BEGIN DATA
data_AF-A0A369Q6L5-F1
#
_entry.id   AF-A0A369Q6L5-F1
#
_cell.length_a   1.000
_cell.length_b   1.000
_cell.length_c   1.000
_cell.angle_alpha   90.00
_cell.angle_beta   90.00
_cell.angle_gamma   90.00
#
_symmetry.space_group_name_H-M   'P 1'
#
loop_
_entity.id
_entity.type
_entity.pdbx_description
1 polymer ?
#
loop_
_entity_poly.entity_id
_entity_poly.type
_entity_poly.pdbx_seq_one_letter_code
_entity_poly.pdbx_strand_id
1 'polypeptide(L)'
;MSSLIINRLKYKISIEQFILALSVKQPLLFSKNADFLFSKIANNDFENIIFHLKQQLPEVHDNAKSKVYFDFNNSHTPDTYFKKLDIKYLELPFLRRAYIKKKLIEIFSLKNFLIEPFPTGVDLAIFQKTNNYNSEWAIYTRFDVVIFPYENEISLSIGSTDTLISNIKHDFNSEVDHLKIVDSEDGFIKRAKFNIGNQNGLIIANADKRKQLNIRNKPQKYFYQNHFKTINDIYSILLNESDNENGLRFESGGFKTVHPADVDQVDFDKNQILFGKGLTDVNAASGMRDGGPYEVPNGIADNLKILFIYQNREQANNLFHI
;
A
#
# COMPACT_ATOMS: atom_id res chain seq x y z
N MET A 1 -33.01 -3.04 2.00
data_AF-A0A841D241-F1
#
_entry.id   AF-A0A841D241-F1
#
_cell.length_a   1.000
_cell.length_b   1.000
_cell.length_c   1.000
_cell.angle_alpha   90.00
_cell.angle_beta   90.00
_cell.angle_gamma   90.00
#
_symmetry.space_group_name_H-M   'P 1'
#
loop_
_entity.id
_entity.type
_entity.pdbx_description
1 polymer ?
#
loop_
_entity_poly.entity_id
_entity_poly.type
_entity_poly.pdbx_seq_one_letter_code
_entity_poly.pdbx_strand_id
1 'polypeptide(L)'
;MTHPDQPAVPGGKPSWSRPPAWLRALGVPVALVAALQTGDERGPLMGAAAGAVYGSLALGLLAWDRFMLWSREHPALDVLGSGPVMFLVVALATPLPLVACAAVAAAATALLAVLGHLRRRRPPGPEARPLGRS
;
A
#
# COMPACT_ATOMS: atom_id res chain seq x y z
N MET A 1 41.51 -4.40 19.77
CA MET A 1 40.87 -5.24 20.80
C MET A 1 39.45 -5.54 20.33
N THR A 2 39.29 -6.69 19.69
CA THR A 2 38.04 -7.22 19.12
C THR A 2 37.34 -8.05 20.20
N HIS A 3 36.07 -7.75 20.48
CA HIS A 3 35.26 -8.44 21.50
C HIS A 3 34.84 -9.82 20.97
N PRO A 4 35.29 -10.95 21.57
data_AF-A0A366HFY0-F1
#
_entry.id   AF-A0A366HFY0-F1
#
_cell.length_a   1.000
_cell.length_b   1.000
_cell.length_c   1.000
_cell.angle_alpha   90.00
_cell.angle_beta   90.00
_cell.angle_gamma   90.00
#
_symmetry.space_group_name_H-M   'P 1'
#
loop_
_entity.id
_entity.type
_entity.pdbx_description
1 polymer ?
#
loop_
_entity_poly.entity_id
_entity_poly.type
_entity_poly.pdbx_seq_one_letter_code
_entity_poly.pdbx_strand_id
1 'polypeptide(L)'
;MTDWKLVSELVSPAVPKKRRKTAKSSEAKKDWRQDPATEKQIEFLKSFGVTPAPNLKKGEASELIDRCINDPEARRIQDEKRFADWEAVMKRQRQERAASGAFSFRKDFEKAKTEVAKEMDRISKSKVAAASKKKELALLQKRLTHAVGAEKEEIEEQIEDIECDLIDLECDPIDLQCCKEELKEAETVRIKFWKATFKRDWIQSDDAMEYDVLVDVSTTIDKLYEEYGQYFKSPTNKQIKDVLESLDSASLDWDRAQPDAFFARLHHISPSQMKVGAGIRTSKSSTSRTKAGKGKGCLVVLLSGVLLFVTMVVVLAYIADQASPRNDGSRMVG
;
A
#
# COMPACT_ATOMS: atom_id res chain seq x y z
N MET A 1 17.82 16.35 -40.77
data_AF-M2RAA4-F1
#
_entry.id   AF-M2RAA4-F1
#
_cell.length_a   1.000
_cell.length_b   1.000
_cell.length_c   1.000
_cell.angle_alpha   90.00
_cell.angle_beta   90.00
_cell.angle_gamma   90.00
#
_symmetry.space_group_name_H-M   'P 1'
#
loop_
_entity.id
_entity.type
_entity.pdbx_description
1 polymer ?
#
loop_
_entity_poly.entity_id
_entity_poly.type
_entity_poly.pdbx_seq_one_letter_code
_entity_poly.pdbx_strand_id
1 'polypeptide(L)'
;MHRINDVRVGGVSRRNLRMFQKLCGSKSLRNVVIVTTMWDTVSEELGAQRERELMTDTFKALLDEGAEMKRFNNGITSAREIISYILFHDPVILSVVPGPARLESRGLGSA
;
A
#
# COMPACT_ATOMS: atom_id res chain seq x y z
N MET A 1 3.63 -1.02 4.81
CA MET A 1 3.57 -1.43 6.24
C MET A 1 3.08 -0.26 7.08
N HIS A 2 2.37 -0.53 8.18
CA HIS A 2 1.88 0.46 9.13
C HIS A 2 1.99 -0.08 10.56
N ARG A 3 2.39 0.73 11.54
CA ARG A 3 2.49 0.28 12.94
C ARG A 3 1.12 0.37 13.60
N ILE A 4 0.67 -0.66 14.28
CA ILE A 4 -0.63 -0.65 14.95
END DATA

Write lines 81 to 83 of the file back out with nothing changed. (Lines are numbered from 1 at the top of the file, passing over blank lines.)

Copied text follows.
_cell.angle_gamma   90.00
#
_symmetry.space_group_name_H-M   'P 1'